Research
Print page Print page
Switch language
The Capital Region of Denmark - a part of Copenhagen University Hospital
Published

Contingent first-trimester screening for aneuploidies with cell-free DNA in a Danish clinical setting

Research output: Contribution to journalJournal articleResearchpeer-review

DOI

  1. Neurodevelopmental disorder in children believed to have isolated mild ventriculomegaly prenatally

    Research output: Contribution to journalJournal articleResearchpeer-review

  2. New intrauterine shunt for treatment of fetal fluid accumulation: single-center experience of first 17 cases

    Research output: Contribution to journalLetterResearchpeer-review

  3. Use of ultrasound simulators for assessment of trainee competence: trendy toys or valuable instruments?

    Research output: Contribution to journalJournal articleResearchpeer-review

  4. Clinicians should stop prescribing sildenafil for fetal growth restriction (FGR): comment from the STRIDER Consortium

    Research output: Contribution to journalJournal articleResearchpeer-review

  1. Physical activity during pregnancy and intelligence in sons; A cohort study

    Research output: Contribution to journalJournal articleResearchpeer-review

  2. Neurodevelopmental disorder in children believed to have isolated mild ventriculomegaly prenatally

    Research output: Contribution to journalJournal articleResearchpeer-review

  3. Genomisk medicin til præimplantations-, 
præ- og postnatal diagnostik

    Research output: Contribution to journalJournal articleResearchpeer-review

  4. Outcomes of monoamniotic twin pregnancies managed primarily in outpatient care-A Danish multicenter study

    Research output: Contribution to journalJournal articleResearchpeer-review

View graph of relations

OBJECTIVES: The primary aim was to compare the screening performance for Trisomy 21, of standard combined first trimester screening with referral to invasive testing at a cut-off at 1 in 300, with a contingent testing, consisting of referral to invasive testing at a 1 in 100 cut-off and referral to cell-free DNA (cfDNA) testing for a risk between 1 in 100 and 1 in 1000.

METHODS: Singleton pregnant women with a combined first trimester risk ≥ 1 in 1000 were consecutively recruited from two Danish hospitals between August 2014 and May 2015. First trimester combined screening was based on maternal and gestational age, nuchal translucency thickness, and levels of PAPP-A and ß-hCG. Blood samples for cfDNA testing were analysed using the Harmony Prenatal Test® giving risks for Trisomy 21, 18 and 13, and sex chromosomal aneuploidies. The cfDNA analysis was blinded from the combined risk assessment, karyotype results and pregnancy outcome. Pregnancy outcome and pre- and postnatal karyotypes were obtained from the Danish Fetal Medicine Database.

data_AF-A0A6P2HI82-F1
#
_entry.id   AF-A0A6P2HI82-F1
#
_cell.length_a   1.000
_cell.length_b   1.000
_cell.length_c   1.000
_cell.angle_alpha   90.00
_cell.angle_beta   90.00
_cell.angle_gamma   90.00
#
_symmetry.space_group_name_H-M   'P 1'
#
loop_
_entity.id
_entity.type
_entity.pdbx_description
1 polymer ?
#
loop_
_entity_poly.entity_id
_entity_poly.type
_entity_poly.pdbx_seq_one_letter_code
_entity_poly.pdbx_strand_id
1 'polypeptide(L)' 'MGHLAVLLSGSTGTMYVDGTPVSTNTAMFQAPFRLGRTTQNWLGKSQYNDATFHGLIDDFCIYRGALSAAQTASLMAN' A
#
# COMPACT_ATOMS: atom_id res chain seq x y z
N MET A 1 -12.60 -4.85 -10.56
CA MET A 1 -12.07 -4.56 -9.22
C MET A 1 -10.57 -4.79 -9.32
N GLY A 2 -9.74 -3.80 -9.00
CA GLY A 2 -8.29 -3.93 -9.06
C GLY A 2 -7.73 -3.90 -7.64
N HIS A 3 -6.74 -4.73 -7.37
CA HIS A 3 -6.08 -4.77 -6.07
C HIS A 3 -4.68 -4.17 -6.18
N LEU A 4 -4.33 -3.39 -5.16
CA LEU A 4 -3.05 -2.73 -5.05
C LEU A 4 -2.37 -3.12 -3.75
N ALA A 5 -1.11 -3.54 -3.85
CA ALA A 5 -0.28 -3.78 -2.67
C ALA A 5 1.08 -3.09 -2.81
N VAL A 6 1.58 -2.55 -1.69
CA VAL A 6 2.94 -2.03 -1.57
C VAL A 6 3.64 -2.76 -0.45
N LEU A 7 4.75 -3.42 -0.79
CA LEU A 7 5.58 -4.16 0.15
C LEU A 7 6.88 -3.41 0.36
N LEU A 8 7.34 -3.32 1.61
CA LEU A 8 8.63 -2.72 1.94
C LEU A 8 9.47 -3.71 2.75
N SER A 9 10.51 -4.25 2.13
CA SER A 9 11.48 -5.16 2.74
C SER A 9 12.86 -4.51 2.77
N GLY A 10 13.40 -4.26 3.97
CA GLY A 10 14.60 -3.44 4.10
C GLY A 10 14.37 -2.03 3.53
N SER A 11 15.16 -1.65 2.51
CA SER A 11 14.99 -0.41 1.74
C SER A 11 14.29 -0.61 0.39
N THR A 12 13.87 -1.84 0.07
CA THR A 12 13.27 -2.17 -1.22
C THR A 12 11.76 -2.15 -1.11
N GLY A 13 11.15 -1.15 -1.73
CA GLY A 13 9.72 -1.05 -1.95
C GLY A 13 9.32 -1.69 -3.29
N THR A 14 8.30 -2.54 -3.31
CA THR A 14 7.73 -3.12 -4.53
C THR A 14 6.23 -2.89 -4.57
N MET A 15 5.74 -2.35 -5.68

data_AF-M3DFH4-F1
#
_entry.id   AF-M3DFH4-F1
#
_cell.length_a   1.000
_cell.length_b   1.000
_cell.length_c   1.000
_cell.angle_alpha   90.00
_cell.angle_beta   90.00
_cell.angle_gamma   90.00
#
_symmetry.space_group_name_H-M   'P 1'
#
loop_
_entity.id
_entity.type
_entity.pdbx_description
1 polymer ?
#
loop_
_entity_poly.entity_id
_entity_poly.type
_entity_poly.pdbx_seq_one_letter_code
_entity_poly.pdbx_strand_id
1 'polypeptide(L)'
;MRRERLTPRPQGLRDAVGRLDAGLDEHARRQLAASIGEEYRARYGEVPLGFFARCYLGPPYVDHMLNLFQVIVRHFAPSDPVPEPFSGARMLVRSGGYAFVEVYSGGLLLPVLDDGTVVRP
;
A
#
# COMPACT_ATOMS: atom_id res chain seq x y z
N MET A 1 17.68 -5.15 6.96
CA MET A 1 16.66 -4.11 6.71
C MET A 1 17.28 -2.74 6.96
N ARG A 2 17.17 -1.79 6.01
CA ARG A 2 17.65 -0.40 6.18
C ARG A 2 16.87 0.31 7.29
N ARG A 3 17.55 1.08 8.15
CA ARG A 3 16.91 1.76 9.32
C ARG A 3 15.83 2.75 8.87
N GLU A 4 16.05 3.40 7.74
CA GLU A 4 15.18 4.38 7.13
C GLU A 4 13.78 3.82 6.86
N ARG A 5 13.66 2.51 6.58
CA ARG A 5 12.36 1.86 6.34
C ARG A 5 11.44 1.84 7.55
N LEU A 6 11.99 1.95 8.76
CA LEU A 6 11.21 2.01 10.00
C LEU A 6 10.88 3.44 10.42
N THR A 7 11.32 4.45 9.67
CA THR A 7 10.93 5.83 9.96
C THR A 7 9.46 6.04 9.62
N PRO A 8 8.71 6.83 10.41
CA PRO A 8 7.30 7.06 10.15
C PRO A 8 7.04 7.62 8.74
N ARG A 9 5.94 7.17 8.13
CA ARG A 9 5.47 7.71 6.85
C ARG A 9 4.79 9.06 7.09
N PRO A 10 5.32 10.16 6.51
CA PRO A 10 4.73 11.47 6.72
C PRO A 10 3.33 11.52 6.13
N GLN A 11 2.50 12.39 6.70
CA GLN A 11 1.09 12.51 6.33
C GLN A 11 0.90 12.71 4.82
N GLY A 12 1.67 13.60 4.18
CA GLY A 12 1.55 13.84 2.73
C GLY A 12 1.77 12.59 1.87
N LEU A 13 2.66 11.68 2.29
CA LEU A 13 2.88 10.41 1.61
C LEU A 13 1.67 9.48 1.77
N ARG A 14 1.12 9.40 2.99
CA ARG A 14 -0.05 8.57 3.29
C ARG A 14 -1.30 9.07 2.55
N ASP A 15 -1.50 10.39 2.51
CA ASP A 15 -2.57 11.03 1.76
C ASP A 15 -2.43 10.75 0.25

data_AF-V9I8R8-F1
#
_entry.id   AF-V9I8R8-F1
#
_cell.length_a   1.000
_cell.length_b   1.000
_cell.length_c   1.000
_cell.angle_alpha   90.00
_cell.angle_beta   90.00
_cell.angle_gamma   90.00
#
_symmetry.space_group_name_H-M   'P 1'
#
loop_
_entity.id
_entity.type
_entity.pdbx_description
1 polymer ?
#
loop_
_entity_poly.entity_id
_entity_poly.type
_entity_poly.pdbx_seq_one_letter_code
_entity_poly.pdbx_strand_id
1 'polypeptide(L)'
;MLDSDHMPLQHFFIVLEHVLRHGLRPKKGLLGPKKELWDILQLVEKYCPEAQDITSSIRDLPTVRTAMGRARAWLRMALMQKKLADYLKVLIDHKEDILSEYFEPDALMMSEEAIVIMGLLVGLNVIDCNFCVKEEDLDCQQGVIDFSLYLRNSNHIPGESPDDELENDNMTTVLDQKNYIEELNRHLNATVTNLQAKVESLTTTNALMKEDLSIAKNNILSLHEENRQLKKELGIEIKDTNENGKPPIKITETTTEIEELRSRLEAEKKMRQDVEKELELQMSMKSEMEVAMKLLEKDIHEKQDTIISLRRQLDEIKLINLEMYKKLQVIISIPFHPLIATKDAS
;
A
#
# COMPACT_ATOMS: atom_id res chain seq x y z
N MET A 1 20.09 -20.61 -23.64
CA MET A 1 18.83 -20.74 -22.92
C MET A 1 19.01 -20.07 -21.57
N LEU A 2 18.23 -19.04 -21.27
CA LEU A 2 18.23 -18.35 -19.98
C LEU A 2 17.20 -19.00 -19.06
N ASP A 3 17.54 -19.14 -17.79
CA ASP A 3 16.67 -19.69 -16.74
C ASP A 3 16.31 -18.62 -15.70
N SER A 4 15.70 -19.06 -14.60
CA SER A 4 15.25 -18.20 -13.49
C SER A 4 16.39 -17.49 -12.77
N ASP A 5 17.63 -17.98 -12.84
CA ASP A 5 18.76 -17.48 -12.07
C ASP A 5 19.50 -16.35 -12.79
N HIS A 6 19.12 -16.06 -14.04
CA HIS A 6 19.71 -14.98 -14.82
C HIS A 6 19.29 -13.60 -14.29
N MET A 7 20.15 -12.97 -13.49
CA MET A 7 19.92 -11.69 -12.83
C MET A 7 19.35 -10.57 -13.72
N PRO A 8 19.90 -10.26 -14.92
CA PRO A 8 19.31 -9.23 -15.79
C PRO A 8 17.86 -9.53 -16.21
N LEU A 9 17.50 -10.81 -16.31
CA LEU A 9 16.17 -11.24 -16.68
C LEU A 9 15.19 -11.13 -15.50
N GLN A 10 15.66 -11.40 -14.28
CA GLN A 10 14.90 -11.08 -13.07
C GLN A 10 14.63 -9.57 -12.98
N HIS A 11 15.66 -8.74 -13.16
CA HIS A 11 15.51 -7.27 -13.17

RESULTS: Among 6449 women who had a combined first trimester screening, 869 (13.5%) had a risk ≥ 1 in 1000 and 597 were included for cfDNA testing. Among these there were 15 cases of Trisomy 21, one case of Trisomy 18 and two cases of Trisomy 13. The sensitivity for Trisomy 21 was 100% using both screening scenarios, while specificity increased significantly from 97.0% to 98.8% (p < 0.001) using the contingent approach. The sensitivity for Trisomy 21, 18 and 13 increased from 94.4% to 100% with overlapping confidence intervals, while specificity increased significantly from 97.1% to 98.9% (p < 0.0001). In seven pregnancies, the risk of a sex chromosomal aneuploidy was increased with cfDNA testing but discordant with the karyotype, corresponding to a false-positive rate of 1.2%.

CONCLUSIONS: In a clinical setting with an efficient combined first trimester screening, a contingent screening offering women with a combined first trimester risk ≥ 1 in 100 an invasive test and women with a risk from 1 in 100 to 1 in 1000 a cfDNA test had the same sensitivity for Trisomy 21, 18 and 13, but significantly increased the specificity, when compared to offering an invasive test to all women with a risk ≥ 1 in 300. Implementing a contingent screening would therefore significantly reduce the number of invasive tests at no loss of sensitivity.

Original languageEnglish
JournalUltrasound in obstetrics & gynecology : the official journal of the International Society of Ultrasound in Obstetrics and Gynecology
Volume51
Issue number4
Pages (from-to)470-79
ISSN0960-7692
DOIs
Publication statusPublished - 2018

    Research areas

  • Journal Article

ID: 51603681